Sometimes, you may come across someone who insists that an agile approach won’t work for them, their project, or their organization. That’s where an analogy outside of software development may help. Mowing the lawn may seem like a strange way to explain the concept of agile development, but bear with me, I think it is a good one.
My house is on a lot that is 160-feet wide by 120-feet deep. I have a large front yard, a side yard, and a reasonable back yard, which I mow with a push mower, not a riding mower. All in all, with edging, sweeping, and mowing, the entire job takes three to four hours.
While three to four hours is a great exercise session, a number of things can get in the way: family plans, how much energy I have, the weather (I live near the Gulf of Mexico, south of Houston), the heat, or my phone battery. This is an all-or-nothing approach, one in which there are no useful or valuable results until the entire job is done; this is, at best, a risky approach, if not a foolish one.
Being an agile advocate, I divided this big job up into six smaller (each one complete on its own) jobs or chunks. Chunk 1 is my front yard. If all I have time to do is that one section, then the house and the yard will look good enough from the street. Chunk 2 is a small strip of the front side yard, completing it with chunk 1 completely finishes off the front of the house. Chunk 3 is the rest of the front-side yard. Chunk 4 is the back-side yard. Chunk 5 is my fenced in back yard. Chunk 6 is a six-foot wide strip of behind my fence. Chunks, like stories, do not have to be equal in size but each chunk should have a value of its own.
There is a natural priority involving Chunk 1, Chunk 2, and then Chunk 3; this combination makes the front of the house look good from any direction. Most of the traffic on our street comes from one direction and with Chunk1 completed, the house and lawn look good from that direction. Completing Chunk 2 after Chunk 1 completely finishes off the front of the house. Following up with Chunk 3 has the house and front lawn looking good from either direction.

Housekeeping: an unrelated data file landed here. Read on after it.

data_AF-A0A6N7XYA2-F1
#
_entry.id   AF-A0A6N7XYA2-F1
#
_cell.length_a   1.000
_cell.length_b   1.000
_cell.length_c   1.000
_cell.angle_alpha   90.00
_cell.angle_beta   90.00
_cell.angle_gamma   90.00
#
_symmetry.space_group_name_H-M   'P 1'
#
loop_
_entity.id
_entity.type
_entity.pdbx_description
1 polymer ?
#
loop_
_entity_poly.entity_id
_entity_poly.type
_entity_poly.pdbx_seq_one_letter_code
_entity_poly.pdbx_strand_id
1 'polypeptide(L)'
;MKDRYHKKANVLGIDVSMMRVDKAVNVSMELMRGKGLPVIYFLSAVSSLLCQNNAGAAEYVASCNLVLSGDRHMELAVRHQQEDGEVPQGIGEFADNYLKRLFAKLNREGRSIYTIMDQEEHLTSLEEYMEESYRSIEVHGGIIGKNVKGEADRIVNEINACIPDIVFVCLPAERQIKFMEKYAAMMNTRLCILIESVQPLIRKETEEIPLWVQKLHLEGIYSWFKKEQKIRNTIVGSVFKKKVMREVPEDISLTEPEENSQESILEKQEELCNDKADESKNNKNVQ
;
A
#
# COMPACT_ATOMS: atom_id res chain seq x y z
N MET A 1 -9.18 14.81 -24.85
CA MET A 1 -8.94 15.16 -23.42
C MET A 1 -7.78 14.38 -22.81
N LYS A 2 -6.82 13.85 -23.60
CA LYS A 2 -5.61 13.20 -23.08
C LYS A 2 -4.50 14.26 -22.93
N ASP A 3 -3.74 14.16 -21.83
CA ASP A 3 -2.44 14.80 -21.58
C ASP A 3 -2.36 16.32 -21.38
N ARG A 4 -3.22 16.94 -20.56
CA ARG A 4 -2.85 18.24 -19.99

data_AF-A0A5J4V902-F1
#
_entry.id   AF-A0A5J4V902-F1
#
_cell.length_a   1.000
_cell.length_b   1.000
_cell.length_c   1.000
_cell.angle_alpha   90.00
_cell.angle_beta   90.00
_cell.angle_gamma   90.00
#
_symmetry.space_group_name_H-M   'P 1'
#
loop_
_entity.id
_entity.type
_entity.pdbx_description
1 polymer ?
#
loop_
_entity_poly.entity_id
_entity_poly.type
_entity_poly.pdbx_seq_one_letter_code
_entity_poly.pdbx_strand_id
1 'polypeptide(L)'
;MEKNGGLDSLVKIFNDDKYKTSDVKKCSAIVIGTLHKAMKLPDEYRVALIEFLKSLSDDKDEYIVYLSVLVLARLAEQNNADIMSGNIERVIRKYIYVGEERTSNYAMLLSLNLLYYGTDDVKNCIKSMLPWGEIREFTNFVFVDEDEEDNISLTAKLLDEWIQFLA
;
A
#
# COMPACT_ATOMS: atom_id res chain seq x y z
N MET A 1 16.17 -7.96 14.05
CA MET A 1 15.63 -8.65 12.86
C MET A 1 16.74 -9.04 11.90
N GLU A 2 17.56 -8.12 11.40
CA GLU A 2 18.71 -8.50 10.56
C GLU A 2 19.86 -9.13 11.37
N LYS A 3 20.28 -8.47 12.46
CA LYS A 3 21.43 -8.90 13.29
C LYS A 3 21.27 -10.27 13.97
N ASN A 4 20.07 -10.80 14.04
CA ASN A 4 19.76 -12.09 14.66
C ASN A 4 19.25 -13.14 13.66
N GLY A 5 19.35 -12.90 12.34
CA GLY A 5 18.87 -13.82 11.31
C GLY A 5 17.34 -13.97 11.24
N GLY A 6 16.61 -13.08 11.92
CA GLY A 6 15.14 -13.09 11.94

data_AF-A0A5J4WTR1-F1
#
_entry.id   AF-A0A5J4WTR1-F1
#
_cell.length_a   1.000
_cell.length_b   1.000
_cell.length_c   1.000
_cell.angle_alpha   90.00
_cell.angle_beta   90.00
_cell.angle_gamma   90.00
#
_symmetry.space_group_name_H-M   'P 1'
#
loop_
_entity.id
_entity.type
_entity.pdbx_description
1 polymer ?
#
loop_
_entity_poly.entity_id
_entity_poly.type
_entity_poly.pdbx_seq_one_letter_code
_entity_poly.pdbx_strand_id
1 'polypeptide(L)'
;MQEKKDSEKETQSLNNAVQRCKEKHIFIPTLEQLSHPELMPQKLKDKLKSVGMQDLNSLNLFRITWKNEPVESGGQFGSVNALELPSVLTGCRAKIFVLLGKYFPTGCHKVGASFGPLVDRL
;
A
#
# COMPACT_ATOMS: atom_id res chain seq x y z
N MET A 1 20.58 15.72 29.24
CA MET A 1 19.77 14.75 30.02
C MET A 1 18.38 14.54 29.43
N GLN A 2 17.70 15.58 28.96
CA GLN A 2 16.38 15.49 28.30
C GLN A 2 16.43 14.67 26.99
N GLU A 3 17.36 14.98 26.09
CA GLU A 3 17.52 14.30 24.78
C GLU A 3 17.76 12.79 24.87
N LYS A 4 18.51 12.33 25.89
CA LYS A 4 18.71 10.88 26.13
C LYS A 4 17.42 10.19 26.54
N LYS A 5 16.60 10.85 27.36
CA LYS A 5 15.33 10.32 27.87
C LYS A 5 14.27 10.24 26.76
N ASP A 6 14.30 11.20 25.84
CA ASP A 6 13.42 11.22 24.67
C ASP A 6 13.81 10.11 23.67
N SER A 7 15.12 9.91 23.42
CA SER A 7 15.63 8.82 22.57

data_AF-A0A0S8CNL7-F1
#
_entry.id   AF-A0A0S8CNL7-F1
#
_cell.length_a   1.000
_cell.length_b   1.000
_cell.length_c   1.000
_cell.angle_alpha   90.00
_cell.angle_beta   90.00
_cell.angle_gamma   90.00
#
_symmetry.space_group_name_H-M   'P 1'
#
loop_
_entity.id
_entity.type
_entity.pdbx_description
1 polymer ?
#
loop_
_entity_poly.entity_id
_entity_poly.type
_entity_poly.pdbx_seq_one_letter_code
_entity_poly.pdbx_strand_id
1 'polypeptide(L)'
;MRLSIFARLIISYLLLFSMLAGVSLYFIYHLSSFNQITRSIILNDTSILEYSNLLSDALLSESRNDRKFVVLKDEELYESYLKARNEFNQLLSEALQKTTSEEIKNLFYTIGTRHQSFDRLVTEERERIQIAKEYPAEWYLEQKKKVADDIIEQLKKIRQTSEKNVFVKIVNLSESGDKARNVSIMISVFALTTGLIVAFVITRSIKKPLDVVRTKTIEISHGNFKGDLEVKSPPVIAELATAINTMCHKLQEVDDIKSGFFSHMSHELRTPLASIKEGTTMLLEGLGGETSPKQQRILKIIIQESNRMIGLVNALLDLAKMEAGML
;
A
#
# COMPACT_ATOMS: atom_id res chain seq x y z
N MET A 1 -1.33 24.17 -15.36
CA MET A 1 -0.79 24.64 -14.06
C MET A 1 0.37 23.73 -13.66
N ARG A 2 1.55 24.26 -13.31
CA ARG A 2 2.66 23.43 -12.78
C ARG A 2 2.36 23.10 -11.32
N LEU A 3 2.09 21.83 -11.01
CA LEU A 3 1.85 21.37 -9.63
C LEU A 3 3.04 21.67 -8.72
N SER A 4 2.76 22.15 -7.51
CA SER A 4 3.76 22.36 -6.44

See how this applies to agile development? This approach of dividing a large project into several smaller, yet still complete stories is what we do in agile development. There is a natural priority I can follow or I can change the order when needed.
No matter if I spread the work over multiple days or do it all in one day, I get good results. If something prevents me from completing my task all in one day, no problem; what I did complete stands alone and looks good. I can take care of the rest when the weather and other conditions permit.
This approach to “mowing the lawn” is an example of feature-driven iterations. Each iteration should be focused on a single story: a complete, stand-alone section of the yard. The iterations were of varying sizes.
I first used this approach on development projects in the 1980’s. Each iterations was feature-based, in which the length of the iteration was dependent on the chosen feature set. Sometimes an iteration was three-weeks long, sometimes a week. What I did then was a different approach from what we see in agile today in which iterations are of a fixed size.